Outreach at Block A.K Homeless Shelter in Durban encourages residents to screen and test for TB

In June 2021, the USAID TB LON-SAFT Programme implemented by THINK conducted a TB Screening Outreach campaign at the Block A.K Homeless Shelter in Durban in collaboration with the eThekwini Municipality, Beatrice Street Primary Health Care (PHC) facility and Stop TB Partnership. The campaign was initiated by the THINK Programme team after learning about a resident from the shelter who was diagnosed and initiated on treatment at the Beatrice PHC the month before. Two other residents were also being treated for TB.

Block A.K Homeless Shelter is a charity dependent residence for homeless people that is managed by the eThekwini Municipality. The shelter provides daily food donations to a total of 60 permanent residents. The shelter mainly consists of tents and is highly congested and over-crowded with poor hygiene and ventilation – all conducive to the spread of TB. Undiagnosed and untreated TB patients in this environment may spread TB rapidly among shelter dwellers leading to a very high TB positivity rate, in addition to spreading COVID-19.

The USAID TB LON-SAFT Programme’s TB screening and testing campaign aimed to provide screening and educational services to all residents at the shelter. COVID-19 regulations were complied with to prevent the potential spread of the infection including social distancing, the wearing of masks and hand sanitizing.

The campaign commenced with a professional nurse mentor from THINK conducting TB health education and disseminating Information Education and Communication (IEC) material about TB. The health education, delivered in iSizulu, the local language, was followed by TB screening of the shelter dwellers in attendance. Due to the recently diagnosed TB patients at the shelter, all remaining shelter dwellers were treated as household contacts, and tested for TB irrespective of TB signs and symptoms. An area, away from the screening section was identified for sputum collection and participants were escorted to this designated area to produce sputum for testing.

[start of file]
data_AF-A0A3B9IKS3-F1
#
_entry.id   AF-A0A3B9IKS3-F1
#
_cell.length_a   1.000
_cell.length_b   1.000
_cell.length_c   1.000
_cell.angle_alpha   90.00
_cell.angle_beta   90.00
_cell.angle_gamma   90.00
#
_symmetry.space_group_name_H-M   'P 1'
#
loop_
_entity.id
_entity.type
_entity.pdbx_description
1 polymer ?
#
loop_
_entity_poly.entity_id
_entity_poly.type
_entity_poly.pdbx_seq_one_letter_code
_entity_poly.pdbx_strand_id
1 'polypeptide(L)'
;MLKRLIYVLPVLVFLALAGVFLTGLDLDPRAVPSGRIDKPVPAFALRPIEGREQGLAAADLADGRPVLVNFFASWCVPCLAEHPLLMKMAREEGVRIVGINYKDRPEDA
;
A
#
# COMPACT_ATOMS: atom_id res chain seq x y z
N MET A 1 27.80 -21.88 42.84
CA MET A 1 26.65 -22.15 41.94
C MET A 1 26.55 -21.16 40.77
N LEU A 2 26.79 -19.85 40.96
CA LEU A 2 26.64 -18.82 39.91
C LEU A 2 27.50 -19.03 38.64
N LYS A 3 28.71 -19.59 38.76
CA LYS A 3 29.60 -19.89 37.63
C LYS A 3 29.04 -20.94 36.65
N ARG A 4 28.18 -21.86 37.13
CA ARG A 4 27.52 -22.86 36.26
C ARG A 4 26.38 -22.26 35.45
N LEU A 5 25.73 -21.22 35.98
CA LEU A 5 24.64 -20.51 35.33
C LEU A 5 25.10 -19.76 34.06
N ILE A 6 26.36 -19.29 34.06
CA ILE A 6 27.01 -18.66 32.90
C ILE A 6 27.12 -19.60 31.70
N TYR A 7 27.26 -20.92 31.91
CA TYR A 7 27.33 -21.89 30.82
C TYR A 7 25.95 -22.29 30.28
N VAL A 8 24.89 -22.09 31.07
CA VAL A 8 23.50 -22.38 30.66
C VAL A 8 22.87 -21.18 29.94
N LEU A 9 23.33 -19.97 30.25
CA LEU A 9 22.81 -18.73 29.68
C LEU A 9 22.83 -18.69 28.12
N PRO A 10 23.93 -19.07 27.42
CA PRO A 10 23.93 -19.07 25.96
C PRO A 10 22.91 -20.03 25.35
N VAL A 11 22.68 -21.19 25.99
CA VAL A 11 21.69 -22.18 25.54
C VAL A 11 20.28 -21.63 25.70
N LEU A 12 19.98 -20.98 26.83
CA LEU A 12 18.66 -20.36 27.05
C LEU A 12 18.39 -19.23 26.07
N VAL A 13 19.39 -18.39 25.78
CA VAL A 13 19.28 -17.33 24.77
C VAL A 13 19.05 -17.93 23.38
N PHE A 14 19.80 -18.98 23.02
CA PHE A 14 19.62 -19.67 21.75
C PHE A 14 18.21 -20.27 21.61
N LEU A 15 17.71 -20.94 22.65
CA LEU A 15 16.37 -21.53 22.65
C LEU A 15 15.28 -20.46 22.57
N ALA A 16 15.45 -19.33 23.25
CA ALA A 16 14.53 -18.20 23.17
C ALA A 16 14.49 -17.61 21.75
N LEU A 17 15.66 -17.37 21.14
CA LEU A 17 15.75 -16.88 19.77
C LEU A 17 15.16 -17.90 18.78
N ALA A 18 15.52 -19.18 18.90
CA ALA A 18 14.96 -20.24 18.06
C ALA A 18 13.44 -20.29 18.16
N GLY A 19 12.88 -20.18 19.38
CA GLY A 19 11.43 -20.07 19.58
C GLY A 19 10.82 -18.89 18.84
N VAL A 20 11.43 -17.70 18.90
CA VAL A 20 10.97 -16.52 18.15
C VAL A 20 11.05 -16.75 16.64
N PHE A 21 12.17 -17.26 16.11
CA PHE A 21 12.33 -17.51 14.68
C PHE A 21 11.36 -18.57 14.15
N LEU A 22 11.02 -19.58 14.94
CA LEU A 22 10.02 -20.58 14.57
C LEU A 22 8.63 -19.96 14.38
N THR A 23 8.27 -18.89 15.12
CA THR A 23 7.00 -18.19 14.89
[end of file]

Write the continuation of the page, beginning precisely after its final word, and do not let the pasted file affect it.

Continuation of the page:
“We are grateful that the USAID TB LON-SAFT Programme has visited us and given our beneficiaries TB information and TB testing. Our shelter is neglected, we are operating without financial support. There is only one NGO giving our beneficiary one or two meals per day. We thought the shelter was forgotten, but we are happy that your Programme is here with a health event​.”  – Shelter manager.

In total, 44 residents were screened of which four were symptomatic, 41 were tested but none tested positive for TB at that time. The shelter residents who presented with TB signs and symptoms during the campaign are being followed up. The TB health education was well received and the participants thoroughly engaged and learned about TB and COVID-19. Moreover, ways in which the spread of airborne disease can be prevented in this setting were discussed.  In summary, a positive relationship with the shelter has now been established and will continue enabling the diagnosis of any newly symptomatic residents for testing in future.

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